Science can be cute! Here is a crocheted representation of a hyperbolic plane taken from Science News. In 1997, two mathematicians, Daina Taimina and David Henderson from Cornell University’s Department of Mathematics, were looking for a way to make durable models for illustrating the unusual shapes in hyperbolic geometry. So Daina began experimenting with knitting and crochet in order to accurately demonstrate these principles visually in 3 dimensions. Pretty! Her original paper, including the crochet pattern, is here. Daina also published a crochet book of here designs, Crocheting Adventures with Hyperbolic Planes by Daina Taimina.
Research scientists like Hinke M. Osinga and Bernd Krauskopf,as seen on the left, from the Bristol Centre for Applied Nonlinear Mathematics, UK also turned to crochet to accurately illustrate chaos theory principles like this Lorenz Manifold.
It took Osinga 25,511 crochet stitches and about 85 hours! Boing Boing did a few write-ups on the above here Knitting Mathematics and here Chaotic Crochet. Extra cool is that they used their computer algorithms to create the crochet pattern.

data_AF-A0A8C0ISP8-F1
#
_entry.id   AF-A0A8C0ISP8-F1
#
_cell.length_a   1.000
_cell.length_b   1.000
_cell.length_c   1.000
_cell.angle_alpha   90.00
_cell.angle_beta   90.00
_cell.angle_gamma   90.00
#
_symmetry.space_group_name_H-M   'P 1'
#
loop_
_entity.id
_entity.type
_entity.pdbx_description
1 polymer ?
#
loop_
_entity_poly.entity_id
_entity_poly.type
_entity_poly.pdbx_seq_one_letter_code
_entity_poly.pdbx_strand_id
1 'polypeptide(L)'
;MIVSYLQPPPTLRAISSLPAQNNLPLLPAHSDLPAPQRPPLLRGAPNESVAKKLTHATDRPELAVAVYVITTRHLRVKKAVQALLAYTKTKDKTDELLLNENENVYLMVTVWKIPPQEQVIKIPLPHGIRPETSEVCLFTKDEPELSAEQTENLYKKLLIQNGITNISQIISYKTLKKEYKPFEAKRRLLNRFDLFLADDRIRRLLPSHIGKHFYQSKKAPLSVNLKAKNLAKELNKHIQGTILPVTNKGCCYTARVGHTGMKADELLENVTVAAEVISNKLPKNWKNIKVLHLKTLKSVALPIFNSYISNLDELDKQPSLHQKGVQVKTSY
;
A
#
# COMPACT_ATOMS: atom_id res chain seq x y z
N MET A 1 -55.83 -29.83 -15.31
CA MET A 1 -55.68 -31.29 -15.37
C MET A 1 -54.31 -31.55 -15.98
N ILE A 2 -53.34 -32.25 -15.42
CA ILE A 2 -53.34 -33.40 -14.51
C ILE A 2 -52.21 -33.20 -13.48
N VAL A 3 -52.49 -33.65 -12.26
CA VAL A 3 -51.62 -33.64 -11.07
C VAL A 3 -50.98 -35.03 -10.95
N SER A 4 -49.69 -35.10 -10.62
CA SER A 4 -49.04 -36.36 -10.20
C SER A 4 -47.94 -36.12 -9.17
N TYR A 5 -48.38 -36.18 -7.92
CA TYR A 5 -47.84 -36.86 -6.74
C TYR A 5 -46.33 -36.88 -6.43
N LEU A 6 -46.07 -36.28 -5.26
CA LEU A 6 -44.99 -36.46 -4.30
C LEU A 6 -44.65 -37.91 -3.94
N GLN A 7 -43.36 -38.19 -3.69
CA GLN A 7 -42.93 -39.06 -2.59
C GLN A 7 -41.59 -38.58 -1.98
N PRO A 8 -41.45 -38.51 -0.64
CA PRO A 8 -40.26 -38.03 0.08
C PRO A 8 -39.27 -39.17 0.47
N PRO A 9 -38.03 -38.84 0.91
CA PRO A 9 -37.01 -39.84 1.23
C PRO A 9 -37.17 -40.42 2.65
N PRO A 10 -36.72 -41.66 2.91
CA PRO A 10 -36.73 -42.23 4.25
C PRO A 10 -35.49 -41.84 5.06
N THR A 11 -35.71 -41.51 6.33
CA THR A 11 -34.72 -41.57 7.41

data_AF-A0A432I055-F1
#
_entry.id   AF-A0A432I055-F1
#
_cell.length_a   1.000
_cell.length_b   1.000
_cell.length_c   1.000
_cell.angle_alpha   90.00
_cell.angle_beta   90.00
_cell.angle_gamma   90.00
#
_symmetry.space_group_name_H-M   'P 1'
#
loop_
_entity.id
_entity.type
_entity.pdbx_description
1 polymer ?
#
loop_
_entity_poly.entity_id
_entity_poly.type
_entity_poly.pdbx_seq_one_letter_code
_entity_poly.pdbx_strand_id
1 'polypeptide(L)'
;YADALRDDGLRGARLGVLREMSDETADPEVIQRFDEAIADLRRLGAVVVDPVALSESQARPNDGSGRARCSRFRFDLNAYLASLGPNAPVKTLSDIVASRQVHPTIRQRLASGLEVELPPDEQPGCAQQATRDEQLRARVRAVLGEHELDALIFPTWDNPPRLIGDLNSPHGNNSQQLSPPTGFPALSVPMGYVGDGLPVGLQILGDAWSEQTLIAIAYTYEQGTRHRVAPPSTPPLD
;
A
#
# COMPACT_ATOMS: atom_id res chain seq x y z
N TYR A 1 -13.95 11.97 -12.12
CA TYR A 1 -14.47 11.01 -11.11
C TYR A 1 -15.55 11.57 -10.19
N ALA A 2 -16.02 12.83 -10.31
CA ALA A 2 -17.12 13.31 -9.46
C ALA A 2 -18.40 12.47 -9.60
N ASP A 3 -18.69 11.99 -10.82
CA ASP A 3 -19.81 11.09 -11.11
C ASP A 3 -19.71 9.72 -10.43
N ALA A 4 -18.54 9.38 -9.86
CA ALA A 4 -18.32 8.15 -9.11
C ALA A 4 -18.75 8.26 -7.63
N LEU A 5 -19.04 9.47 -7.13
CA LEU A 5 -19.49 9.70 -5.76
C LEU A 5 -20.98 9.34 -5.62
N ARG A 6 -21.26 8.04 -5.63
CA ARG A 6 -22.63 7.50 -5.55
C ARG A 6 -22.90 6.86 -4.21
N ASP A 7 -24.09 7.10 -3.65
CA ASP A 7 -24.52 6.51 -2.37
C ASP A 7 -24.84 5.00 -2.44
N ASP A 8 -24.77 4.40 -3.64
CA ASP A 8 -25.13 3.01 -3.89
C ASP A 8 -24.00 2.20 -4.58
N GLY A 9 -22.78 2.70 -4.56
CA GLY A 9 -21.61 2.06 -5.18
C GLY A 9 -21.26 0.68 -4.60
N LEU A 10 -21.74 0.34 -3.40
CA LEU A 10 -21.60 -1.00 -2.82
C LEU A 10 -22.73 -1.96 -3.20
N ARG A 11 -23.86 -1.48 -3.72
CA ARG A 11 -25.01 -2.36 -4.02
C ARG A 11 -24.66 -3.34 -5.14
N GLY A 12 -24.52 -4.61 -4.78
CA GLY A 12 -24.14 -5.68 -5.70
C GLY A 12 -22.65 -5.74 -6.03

So what’s a hyperbolic plane? In general, it’s the opposite of a sphere or ball. I think they resemble the curves and curls in a sea coral!
I had a terrible time looking for cheapie general craft supplies for my holiday projects. Poly-fill, googly eyes, black safety eyes, felt etc. Maybe I want a random bag of popsicle sticks or pipe cleaners!? So sue me!
You’d be hard pressed to find a good (if any) cheapie all-purpose crafts supply store here in New York. There are plenty of specialty and boutique stores for fine art but they’re usually more specialized (for fine art/architecture/design), high-end/pricey, while at the same time not having many options! Besides, who wants to go to 8 different stores just for poly-fill, googly eyes, felt etc? For better or worse, megastores like Joann or Michael’s are a rare beast here. But that’s New York for you sometimes.
However, there does in fact exist a single Michael’s on the isle of Manhattan which I think just opened up. And it’s located way up in the 100′s on the Upper West Side. The Garment District is decent for fabric arts but overrated. It’s grimy and dingy to start. I wouldn’t mind if it was worth it. But some stores are just extremely poor excuses for stores, selection-wise and service-wise. I’m not looking for corset boning just yet! Store hours are generally not work friendly or consistent. In general, it takes a lot of pavement pounding and teeth pulling in the Garment District to get what you’re looking for and doesn’t live up to its mecca status.